However, among the non-tPA-treated patients who received standard glucose-control therapy, there was only an association between favorable outcomes and increases in FVII (P < .01).
Overall, "intensive blood glucose treatment makes a critical impact on an important marker of blood coagulation," Gentile said.
However, "further study is needed to understand these findings, particularly in context of the SHINE overall primary results," she added.
Gentile later told Medscape Medical News that "there's probably something there, but were we able to see something that was more sensitive than an overall clinical outcome in these patients? We were diving pretty deep and looking at things that don't have as many variabilities.
"I think we were able to find a signal that may be diluted by so many other factors that impact on clinical outcome, but this opens up a number of hypotheses. Are there subsets of SHINE patients that have a stronger signal? Perhaps those are people that may actually benefit from intensive blood glucose control more than others, which is exciting. It opens up the possibility that we could really target and be very specific about therapies for these people," said Gentile.
"Future Almost Upon Us"
After the presentation, session co-moderator Peter Panagos, MD, professor of emergency medicine and neurology at Washington University, St. Louis, Missouri, told Medscape Medical News that the results from iSPOT, as well as those from SHINE, "will add a lot" to the field's knowledge base.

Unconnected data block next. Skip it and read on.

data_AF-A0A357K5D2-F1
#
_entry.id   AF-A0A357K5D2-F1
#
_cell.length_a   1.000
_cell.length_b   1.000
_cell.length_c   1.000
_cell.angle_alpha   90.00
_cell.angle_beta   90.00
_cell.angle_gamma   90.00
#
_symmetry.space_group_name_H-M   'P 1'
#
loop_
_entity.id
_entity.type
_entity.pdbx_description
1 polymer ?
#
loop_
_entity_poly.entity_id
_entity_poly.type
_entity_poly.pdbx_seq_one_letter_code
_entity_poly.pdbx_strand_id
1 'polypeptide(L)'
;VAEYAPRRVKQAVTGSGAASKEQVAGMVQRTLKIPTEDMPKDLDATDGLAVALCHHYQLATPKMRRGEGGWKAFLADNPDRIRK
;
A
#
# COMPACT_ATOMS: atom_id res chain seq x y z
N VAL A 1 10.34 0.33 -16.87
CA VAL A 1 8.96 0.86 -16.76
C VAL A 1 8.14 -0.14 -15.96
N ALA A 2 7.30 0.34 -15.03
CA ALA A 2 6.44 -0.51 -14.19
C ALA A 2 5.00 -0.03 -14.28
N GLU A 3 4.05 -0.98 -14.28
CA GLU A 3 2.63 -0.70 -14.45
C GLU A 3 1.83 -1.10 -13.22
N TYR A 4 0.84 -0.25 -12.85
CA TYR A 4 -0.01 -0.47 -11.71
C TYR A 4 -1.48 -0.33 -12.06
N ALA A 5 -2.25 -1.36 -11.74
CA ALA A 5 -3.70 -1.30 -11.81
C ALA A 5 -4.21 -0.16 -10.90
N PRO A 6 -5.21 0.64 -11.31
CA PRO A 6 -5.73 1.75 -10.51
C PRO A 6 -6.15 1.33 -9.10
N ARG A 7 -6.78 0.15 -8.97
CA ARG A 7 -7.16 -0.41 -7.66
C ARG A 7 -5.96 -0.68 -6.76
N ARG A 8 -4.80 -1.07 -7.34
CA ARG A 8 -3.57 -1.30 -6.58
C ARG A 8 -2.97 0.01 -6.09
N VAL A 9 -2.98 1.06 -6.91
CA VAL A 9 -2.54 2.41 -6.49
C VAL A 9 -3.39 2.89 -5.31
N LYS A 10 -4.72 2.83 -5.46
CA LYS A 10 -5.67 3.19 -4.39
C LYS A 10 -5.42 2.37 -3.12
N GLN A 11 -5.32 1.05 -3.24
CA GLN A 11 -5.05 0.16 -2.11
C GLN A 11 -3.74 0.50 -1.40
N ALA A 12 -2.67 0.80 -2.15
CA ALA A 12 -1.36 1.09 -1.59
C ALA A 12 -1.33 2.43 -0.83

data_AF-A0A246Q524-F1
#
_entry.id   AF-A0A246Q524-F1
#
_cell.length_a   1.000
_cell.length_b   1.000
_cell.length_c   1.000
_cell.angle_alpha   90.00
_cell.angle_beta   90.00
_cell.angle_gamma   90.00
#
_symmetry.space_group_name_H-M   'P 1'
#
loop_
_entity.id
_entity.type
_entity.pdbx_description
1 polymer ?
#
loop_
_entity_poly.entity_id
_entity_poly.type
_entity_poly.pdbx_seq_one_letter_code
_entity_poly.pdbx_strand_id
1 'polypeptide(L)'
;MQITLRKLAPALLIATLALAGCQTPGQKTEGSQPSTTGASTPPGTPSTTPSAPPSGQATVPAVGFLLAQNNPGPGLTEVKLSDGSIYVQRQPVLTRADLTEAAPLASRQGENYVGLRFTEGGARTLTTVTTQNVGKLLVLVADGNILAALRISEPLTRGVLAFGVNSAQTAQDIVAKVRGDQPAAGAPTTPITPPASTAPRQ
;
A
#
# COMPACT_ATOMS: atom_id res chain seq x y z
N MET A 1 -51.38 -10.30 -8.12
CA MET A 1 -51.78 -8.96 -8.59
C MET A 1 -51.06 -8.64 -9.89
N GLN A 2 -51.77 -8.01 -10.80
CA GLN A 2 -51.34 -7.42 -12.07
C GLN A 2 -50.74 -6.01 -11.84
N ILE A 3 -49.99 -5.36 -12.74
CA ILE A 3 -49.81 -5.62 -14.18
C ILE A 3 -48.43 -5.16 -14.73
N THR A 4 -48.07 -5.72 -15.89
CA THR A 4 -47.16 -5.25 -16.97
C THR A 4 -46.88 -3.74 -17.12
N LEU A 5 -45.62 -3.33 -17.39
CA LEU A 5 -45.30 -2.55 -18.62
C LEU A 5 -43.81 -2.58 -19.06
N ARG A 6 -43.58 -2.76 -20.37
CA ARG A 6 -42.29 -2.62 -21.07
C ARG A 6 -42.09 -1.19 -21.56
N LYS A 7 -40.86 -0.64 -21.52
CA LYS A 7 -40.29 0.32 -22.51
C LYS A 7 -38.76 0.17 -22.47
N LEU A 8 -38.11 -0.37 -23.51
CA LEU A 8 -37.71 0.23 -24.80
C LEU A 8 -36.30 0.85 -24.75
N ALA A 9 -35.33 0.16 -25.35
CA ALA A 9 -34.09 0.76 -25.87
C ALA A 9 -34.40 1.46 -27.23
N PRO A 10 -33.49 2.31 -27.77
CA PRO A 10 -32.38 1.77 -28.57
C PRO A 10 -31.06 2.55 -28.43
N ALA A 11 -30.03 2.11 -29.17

"Even if doesn't change practice immediately, using this kind of analysis I think is going to lead to long-term benefits and how we understand this group," Panagos said.
He added that the study's take-away message is that AIS is a complicated process, "and we're just beginning to understand the overall ideology and causes of it. Looking at inflammation and atrial fibrillation and hypertensive management are all extremely important. Any bit of knowledge that we can achieve from a certain subgroup population is going to add to the overall specialty of stroke care," he said.
"Serum biomarkers at the point of care and imaging biomarkers that are quick, accessible, and easy to interpret are all going to allow us to move towards a more precision approach to how we manage stroke patients — instead of treating all patients the same way," said Panagos.
"I think serum biomarkers combined with imaging biomarkers are the future, and the future is almost right upon us at this point. So it's an exciting time in this specialty," he said.
The study was funded by the National Institute of Neurological Disorders and Stroke (NINDS). Gentile reports having received a research grant from the National Institutes of Health–NINDS. Panagos has disclosed no relevant financial relationships.
International Stroke Conference (ISC) 2019: Abstract LB9. Presented February 7, 2019.
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Cite this: Coagulation Markers Linked to Stroke Outcome in Hyperglycemia - Medscape - Mar 05, 2019.